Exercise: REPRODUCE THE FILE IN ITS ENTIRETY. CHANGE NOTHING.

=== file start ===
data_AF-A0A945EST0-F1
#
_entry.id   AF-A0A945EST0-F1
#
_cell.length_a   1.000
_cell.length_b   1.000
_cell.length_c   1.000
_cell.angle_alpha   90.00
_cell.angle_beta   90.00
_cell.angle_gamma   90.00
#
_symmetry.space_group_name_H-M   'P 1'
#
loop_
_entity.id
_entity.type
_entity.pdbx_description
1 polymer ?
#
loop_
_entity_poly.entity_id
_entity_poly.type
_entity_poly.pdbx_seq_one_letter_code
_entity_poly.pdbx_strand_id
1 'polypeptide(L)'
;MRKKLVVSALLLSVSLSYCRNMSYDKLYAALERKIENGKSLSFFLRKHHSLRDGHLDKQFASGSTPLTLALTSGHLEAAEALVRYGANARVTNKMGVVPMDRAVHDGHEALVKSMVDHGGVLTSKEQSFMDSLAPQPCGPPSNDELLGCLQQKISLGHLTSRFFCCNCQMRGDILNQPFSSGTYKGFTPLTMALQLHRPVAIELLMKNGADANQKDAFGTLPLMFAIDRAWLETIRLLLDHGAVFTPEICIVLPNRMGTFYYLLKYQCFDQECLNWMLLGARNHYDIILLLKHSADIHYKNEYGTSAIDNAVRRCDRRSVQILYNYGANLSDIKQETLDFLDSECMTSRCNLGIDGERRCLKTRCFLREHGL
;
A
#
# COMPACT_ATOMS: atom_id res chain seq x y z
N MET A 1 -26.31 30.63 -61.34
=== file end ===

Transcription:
data_AF-A0A945EST0-F1
#
_entry.id   AF-A0A945EST0-F1
#
_cell.length_a   1.000
_cell.length_b   1.000
_cell.length_c   1.000
_cell.angle_alpha   90.00
_cell.angle_beta   90.00
_cell.angle_gamma   90.00
#
_symmetry.space_group_name_H-M   'P 1'
#
loop_
_entity.id
_entity.type
_entity.pdbx_description
1 polymer ?
#
loop_
_entity_poly.entity_id
_entity_poly.type
_entity_poly.pdbx_seq_one_letter_code
_entity_poly.pdbx_strand_id
1 'polypeptide(L)'
;MRKKLVVSALLLSVSLSYCRNMSYDKLYAALERKIENGKSLSFFLRKHHSLRDGHLDKQFASGSTPLTLALTSGHLEAAEALVRYGANARVTNKMGVVPMDRAVHDGHEALVKSMVDHGGVLTSKEQSFMDSLAPQPCGPPSNDELLGCLQQKISLGHLTSRFFCCNCQMRGDILNQPFSSGTYKGFTPLTMALQLHRPVAIELLMKNGADANQKDAFGTLPLMFAIDRAWLETIRLLLDHGAVFTPEICIVLPNRMGTFYYLLKYQCFDQECLNWMLLGARNHYDIILLLKHSADIHYKNEYGTSAIDNAVRRCDRRSVQILYNYGANLSDIKQETLDFLDSECMTSRCNLGIDGERRCLKTRCFLREHGL
;
A
#
# COMPACT_ATOMS: atom_id res chain seq x y z
N MET A 1 -26.31 30.63 -61.34